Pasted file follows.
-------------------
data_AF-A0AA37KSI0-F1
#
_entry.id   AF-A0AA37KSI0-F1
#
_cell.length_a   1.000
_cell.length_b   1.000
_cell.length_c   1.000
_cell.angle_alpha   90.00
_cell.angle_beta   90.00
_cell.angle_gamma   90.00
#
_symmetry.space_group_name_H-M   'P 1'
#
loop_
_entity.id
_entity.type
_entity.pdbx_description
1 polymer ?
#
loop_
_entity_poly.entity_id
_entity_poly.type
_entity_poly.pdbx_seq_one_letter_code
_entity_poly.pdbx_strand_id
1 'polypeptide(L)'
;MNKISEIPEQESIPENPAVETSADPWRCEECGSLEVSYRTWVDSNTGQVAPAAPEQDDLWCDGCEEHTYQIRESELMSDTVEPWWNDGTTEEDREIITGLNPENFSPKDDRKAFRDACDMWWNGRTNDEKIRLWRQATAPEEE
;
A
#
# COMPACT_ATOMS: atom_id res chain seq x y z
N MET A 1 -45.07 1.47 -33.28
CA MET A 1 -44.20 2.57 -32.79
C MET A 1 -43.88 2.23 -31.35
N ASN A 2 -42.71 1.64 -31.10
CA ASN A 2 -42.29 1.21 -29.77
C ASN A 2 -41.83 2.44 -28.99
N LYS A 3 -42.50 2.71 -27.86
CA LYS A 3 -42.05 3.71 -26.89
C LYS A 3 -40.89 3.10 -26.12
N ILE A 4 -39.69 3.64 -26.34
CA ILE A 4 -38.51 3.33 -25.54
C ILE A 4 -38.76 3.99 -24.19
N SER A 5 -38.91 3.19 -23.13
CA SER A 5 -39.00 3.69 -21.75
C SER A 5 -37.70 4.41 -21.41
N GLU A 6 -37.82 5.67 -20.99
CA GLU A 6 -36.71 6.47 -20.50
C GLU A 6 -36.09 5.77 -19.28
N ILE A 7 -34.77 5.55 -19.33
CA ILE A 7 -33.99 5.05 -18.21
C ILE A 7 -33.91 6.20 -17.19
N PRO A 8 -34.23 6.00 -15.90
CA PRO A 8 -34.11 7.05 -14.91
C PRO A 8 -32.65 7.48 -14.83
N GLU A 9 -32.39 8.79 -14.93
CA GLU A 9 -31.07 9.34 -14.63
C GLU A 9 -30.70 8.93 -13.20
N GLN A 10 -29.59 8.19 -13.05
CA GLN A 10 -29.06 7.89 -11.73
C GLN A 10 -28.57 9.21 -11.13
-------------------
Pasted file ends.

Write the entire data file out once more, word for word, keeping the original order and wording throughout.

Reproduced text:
data_AF-A0AA37KSI0-F1
#
_entry.id   AF-A0AA37KSI0-F1
#
_cell.length_a   1.000
_cell.length_b   1.000
_cell.length_c   1.000
_cell.angle_alpha   90.00
_cell.angle_beta   90.00
_cell.angle_gamma   90.00
#
_symmetry.space_group_name_H-M   'P 1'
#
loop_
_entity.id
_entity.type
_entity.pdbx_description
1 polymer ?
#
loop_
_entity_poly.entity_id
_entity_poly.type
_entity_poly.pdbx_seq_one_letter_code
_entity_poly.pdbx_strand_id
1 'polypeptide(L)'
;MNKISEIPEQESIPENPAVETSADPWRCEECGSLEVSYRTWVDSNTGQVAPAAPEQDDLWCDGCEEHTYQIRESELMSDTVEPWWNDGTTEEDREIITGLNPENFSPKDDRKAFRDACDMWWNGRTNDEKIRLWRQATAPEEE
;
A
#
# COMPACT_ATOMS: atom_id res chain seq x y z
N MET A 1 -45.07 1.47 -33.28
CA MET A 1 -44.20 2.57 -32.79
C MET A 1 -43.88 2.23 -31.35
N ASN A 2 -42.71 1.64 -31.10
CA ASN A 2 -42.29 1.21 -29.77
C ASN A 2 -41.83 2.44 -28.99
N LYS A 3 -42.50 2.71 -27.86
CA LYS A 3 -42.05 3.71 -26.89
C LYS A 3 -40.89 3.10 -26.12
N ILE A 4 -39.69 3.64 -26.34
CA ILE A 4 -38.51 3.33 -25.54
C ILE A 4 -38.76 3.99 -24.19
N SER A 5 -38.91 3.19 -23.13
CA SER A 5 -39.00 3.69 -21.75
C SER A 5 -37.70 4.41 -21.41
N GLU A 6 -37.82 5.67 -20.99
CA GLU A 6 -36.71 6.47 -20.50
C GLU A 6 -36.09 5.77 -19.28
N ILE A 7 -34.77 5.55 -19.33
CA ILE A 7 -33.99 5.05 -18.21
C ILE A 7 -33.91 6.20 -17.19
N PRO A 8 -34.23 6.00 -15.90
CA PRO A 8 -34.11 7.05 -14.91
C PRO A 8 -32.65 7.48 -14.83
N GLU A 9 -32.39 8.79 -14.93
CA GLU A 9 -31.07 9.34 -14.63
C GLU A 9 -30.70 8.93 -13.20
N GLN A 10 -29.59 8.19 -13.05
CA GLN A 10 -29.06 7.89 -11.73
C GLN A 10 -28.57 9.21 -11.13